Life Changing

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  • Book: Life Changing: A Philosophical Guide. Tim Rayner, 2012.

Context

Tim Rayner:

"This is a workbook with transformative exercises that show readers how to cultivate resilience, agility, and vision. In order to deal with change in an active, creative way, we need to be psychologically prepared for it, have the agility to treat it creatively, and the foresight to discern unexpected opportunities."

Life Changing is available on Amazon, Kobo, and iTunes.

Listen to Tim Rayner talk to Sophie Longdon on ABC Radio, Australia.

Excerpts

Table of Contents

Introduction

1. Seize the Day: Question the Meaning of Life

2. Check Yourself: Nurture the Power Within

3. Power Up: Celebrate Your Unique Potential

4. Diversify Yourself: Cultivate Friendship and Agility

5. Change Time: Trigger Damascus Road Experiences

Introduction

Tim Rayner:

'This is a book about change and how to deal with it. It is a practical book, written for ordinary people who are tackling change, whatever sort of change this may be. Moving to a new town or country. Having a child or dealing with the death of a loved one. Starting a new job or career, or facing the prospect of retirement. Sooner or later, we all have to muddle through change. We struggle with change every day at work, and we worry about the changes that are taking place in the world about us. Yet for all our experience of change, we are novices when it comes to dealing with it productively. Change trips us up as often as it hauls us to our feet, and blocks our path as often as it speeds us on our way.

This is a book of philosophical lessons for change. Don’t worry if you’ve never studied any philosophy (or even if you are wondering what the word means): the book is written for the unschooled. It is written for people who are more interested in living than in philosophizing about life. To make things easy, I have embedded the philosophical lessons in simple exercises, one at the end of each chapter. By doing these exercises, you’ll learn how to take a philosophical attitude to change. You’ll learn how to confront change creatively, and cope with its shocks and blows. You’ll learn how to use change to expand your sense of capacity and potential. You’ll learn how to see new opportunities in change – how to tap into the adventure of change and use it to forge into the future.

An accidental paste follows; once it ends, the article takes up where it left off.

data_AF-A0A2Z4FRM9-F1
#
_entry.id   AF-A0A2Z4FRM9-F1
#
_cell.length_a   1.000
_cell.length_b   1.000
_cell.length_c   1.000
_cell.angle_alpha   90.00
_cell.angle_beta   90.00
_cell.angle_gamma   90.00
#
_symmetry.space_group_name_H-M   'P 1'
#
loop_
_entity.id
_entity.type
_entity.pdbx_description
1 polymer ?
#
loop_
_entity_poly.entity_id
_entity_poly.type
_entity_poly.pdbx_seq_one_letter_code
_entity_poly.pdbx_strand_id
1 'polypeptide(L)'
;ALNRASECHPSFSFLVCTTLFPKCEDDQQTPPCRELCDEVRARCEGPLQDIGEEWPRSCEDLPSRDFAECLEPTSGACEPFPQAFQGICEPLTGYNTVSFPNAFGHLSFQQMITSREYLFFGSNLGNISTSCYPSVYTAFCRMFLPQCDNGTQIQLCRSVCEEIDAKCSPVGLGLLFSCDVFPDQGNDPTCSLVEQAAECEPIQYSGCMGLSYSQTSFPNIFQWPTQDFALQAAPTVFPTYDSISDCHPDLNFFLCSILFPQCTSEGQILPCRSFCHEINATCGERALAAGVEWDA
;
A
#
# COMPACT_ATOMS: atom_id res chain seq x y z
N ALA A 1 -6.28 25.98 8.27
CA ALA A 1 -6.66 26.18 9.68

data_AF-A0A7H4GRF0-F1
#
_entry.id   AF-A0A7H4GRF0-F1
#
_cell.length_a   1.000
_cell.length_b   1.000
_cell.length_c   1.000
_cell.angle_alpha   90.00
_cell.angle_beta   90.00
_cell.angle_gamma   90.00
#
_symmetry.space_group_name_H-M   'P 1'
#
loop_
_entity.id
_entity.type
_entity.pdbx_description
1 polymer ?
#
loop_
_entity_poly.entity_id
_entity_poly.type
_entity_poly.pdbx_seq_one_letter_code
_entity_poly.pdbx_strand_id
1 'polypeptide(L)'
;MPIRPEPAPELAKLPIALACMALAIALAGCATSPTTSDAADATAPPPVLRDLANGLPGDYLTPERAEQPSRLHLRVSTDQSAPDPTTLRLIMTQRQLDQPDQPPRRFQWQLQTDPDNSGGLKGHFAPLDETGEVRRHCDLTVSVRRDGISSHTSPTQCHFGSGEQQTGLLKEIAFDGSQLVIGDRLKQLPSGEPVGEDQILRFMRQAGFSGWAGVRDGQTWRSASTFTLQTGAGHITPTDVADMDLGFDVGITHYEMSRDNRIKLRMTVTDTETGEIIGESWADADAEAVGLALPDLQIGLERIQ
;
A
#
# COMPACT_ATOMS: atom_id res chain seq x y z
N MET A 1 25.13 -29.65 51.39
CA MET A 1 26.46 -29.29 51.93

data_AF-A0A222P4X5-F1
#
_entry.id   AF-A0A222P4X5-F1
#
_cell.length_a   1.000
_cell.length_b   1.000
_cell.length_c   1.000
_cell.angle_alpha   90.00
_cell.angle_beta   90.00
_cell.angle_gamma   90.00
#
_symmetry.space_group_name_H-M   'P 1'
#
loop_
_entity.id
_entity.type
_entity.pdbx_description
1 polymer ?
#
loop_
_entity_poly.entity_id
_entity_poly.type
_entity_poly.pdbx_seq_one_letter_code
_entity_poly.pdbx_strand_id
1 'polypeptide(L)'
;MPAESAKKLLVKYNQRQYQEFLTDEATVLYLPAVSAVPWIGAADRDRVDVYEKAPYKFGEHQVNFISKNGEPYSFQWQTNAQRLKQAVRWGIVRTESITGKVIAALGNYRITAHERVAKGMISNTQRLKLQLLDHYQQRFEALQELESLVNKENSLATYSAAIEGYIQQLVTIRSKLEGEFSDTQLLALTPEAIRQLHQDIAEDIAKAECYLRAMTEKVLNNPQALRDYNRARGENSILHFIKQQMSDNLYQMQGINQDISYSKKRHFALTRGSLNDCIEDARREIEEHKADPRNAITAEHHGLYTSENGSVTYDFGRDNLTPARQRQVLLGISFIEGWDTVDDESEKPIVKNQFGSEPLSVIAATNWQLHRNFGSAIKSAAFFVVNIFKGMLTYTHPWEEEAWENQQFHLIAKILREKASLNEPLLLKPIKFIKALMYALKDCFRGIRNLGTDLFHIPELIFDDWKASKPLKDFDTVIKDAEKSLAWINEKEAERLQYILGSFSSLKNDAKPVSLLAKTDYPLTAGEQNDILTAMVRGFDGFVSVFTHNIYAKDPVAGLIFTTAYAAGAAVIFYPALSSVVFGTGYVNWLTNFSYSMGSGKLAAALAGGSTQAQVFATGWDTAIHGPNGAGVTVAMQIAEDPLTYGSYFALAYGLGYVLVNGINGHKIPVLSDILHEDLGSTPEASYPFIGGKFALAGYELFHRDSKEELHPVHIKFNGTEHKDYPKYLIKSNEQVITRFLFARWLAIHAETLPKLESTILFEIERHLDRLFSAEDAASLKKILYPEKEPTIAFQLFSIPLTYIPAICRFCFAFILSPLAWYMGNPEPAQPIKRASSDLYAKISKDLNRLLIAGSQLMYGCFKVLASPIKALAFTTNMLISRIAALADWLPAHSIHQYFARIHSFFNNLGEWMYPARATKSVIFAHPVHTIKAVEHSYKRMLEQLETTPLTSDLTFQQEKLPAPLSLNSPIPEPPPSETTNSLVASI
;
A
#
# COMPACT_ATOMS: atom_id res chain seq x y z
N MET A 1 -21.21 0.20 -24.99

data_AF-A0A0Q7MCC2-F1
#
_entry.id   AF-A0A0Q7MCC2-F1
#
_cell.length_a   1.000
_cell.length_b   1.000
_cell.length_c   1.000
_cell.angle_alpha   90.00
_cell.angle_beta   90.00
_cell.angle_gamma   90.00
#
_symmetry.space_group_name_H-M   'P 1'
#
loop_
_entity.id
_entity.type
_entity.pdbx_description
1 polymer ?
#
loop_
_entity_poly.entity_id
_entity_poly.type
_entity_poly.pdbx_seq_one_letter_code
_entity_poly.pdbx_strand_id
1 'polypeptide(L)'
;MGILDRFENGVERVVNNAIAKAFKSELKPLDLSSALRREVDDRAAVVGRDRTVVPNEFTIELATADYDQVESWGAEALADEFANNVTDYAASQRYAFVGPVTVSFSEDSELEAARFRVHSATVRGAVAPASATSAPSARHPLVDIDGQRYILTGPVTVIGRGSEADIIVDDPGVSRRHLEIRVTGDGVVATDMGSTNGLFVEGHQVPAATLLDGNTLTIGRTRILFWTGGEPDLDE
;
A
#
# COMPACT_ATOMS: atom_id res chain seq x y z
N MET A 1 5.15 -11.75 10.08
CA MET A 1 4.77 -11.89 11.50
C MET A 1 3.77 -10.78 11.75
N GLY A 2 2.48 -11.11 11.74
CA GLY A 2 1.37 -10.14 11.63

Life Changing is an introduction to the art of reflective change. Philosophy – real philosophy – is life changing stuff. If this is what you are after, read on.

The world is changing and the pace of change is speeding up. This should be clear to anyone living in hi-tech consumer society. Since the invention of the microprocessor in the 1970s, the pace of technological change in society has increased exponentially. Each year brings the roll out of a new generation of computers, phones, gadgets and games, each generation more innovative and multi-functional than the last. As more new technology comes onto the market, it increases the pace of change in life generally. A few years ago, an author could reasonably expect their reader to be consuming these words tucked into a chair with a copy of the book in their lap. Chances are you are reading this book on an iPad or Kindle, fielding emails as they pop into your inbox, and surfing Facebook and Twitter as you break between sections.

This connectivity comes at a cost, and it is not only financial. Thanks to smart phones, Wi-Fi and mobile broadband, it is now possible to connect with people all over the world anytime and anyplace. The positive benefits of this are enormous. But mobile internet makes us information-rich and time-poor, exposed to myriad prompts and interruptions that we are expected to respond to in real time. For many people, this is too much. Just keeping up with the flow of information is an exhausting proposition. Technology can tire us out as much as it empowers us. If we can’t see or make use of the opportunities that it provides, a rich web of connections is so much noise.